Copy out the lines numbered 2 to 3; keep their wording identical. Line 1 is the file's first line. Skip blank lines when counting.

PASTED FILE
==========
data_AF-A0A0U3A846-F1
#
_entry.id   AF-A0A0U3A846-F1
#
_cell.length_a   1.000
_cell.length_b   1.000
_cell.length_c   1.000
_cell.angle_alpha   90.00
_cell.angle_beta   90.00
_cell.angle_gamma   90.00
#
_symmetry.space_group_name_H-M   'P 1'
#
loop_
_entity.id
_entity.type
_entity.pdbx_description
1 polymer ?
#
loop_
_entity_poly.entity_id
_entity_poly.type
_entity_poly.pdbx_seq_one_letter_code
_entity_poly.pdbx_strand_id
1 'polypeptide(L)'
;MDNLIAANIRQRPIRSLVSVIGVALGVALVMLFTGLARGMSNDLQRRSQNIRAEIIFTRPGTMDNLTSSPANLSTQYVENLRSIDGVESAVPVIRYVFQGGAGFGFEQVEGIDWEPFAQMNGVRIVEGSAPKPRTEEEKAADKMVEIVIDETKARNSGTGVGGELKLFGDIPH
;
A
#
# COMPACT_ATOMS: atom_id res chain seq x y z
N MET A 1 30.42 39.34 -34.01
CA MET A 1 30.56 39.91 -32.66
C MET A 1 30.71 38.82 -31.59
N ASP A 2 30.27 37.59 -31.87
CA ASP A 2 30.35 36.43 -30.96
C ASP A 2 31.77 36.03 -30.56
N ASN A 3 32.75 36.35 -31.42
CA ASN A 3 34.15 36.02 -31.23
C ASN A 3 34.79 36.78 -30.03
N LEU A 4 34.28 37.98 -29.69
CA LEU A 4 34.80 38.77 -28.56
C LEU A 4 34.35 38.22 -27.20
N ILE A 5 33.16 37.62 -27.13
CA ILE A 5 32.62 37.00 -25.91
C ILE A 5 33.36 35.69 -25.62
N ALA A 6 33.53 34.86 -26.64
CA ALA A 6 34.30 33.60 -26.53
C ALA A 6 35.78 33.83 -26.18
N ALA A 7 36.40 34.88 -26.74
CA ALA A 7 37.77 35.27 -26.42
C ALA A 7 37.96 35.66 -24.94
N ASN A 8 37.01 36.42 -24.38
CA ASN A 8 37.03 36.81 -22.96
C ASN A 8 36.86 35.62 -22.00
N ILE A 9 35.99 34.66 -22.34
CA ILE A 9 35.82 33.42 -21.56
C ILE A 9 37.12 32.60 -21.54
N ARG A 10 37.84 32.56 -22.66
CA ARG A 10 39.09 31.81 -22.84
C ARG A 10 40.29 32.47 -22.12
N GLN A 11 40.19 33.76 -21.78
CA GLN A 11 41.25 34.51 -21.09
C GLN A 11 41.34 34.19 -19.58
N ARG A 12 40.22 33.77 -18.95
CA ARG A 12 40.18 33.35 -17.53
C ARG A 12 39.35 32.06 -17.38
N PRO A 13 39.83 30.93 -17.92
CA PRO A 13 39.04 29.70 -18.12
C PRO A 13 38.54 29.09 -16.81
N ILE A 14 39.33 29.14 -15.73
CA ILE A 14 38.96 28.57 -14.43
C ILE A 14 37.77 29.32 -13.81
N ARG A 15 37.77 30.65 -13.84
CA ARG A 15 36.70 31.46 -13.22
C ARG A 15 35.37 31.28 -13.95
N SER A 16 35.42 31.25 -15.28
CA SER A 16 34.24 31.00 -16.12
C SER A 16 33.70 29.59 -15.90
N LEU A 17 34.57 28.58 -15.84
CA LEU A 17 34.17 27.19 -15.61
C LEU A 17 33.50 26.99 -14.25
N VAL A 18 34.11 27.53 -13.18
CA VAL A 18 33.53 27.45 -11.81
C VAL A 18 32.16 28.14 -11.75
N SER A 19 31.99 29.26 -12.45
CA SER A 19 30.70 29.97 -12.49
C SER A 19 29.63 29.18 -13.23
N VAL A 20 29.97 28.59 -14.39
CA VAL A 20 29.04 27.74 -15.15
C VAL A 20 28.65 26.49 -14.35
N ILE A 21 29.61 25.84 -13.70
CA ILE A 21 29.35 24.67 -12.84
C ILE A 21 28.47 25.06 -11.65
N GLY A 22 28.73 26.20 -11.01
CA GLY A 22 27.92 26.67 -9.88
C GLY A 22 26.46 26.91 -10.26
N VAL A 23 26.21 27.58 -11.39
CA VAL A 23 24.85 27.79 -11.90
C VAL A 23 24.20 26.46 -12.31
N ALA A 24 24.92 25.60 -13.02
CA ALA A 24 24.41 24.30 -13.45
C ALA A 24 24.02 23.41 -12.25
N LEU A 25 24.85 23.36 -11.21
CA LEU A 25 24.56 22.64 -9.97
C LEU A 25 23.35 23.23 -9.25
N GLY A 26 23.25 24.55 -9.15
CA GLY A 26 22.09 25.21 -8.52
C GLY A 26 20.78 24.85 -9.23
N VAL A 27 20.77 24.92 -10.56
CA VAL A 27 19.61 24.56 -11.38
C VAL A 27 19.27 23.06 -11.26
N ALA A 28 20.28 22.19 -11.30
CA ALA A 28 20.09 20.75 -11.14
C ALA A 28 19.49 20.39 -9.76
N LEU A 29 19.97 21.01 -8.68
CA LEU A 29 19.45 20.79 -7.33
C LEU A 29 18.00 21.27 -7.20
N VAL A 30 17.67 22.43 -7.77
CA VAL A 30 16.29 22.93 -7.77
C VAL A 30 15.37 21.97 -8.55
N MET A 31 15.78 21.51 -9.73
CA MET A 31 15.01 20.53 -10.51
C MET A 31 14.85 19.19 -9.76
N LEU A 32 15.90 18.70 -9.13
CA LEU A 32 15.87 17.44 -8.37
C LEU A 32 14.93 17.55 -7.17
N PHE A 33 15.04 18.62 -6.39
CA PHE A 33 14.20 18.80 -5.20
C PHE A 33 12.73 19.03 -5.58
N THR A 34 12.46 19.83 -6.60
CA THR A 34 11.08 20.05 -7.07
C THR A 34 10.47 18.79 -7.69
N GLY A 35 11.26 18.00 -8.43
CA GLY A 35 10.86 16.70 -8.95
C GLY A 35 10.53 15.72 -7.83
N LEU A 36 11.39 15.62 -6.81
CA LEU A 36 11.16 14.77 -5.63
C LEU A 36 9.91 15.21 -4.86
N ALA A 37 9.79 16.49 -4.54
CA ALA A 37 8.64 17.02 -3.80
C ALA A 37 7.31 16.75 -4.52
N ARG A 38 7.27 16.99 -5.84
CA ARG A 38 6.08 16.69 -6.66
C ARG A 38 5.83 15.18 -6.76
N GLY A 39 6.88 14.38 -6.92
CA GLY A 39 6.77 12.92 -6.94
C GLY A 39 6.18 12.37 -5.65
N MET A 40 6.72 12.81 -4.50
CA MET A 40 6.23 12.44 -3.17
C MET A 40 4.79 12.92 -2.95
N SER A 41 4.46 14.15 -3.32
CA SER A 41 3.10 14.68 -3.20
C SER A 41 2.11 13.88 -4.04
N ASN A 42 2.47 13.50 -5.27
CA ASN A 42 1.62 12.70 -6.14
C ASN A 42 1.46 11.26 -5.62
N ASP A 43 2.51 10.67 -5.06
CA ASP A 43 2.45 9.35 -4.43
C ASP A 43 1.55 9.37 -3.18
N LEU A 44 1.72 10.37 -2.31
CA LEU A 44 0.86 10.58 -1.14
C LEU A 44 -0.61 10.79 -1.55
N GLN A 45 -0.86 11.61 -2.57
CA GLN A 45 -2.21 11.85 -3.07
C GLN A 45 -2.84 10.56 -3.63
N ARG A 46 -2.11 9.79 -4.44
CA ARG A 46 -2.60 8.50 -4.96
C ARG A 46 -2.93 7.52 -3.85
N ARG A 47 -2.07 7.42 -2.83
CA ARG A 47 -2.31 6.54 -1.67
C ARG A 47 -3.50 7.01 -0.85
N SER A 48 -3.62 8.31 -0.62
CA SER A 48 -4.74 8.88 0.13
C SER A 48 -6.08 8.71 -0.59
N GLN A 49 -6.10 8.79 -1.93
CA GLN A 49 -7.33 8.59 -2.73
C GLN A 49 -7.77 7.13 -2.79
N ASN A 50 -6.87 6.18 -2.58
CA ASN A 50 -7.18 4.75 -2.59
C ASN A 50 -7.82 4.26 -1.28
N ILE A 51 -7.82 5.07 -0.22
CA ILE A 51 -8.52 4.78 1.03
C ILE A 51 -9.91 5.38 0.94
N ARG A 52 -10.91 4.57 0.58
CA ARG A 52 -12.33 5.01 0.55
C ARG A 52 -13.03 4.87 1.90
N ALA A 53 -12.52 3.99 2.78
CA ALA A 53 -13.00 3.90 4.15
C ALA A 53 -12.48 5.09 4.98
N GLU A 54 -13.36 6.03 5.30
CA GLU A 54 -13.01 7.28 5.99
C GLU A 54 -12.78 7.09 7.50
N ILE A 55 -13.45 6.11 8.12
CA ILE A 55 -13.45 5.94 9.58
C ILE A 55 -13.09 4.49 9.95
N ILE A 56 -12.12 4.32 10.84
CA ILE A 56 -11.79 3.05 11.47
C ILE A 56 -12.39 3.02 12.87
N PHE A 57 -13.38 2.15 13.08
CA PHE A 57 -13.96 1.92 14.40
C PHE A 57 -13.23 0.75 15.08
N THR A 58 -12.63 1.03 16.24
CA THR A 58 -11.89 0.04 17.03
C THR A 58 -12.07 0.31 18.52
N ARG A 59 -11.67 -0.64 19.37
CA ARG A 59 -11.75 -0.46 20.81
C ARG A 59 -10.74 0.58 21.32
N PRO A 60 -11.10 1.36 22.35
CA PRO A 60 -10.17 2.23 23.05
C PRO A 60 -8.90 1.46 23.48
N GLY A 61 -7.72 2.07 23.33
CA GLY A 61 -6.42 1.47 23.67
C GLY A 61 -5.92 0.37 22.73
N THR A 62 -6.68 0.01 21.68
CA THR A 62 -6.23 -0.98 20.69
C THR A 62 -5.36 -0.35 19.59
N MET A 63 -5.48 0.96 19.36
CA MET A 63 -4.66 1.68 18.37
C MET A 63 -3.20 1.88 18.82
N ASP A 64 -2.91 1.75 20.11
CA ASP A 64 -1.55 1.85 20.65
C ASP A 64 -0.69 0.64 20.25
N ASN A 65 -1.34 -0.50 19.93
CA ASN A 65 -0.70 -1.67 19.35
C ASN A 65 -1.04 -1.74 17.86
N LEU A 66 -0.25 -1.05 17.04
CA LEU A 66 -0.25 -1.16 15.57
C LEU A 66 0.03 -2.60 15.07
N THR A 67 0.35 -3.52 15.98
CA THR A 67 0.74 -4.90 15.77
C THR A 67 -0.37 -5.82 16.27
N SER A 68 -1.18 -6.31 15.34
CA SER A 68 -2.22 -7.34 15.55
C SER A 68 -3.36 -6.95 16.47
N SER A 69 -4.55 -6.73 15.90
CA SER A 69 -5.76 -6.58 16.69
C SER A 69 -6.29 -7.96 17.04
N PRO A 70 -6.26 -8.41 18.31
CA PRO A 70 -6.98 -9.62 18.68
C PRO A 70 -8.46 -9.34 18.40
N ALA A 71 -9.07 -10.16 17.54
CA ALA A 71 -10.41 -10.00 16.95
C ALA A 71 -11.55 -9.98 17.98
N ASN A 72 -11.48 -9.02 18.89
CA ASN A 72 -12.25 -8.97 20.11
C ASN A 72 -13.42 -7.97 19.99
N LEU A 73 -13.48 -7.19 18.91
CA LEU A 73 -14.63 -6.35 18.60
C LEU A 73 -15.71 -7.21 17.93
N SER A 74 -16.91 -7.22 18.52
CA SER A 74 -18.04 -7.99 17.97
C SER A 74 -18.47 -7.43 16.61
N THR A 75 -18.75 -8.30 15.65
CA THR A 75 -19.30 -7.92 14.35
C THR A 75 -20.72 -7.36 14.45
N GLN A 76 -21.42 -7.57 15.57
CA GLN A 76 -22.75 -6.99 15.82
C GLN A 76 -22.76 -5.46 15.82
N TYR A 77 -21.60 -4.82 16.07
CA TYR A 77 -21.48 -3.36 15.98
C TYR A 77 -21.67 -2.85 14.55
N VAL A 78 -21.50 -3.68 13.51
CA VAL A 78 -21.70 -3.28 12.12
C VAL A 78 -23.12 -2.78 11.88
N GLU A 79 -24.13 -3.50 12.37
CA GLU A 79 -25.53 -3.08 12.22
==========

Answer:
#
_entry.id   AF-A0A0U3A846-F1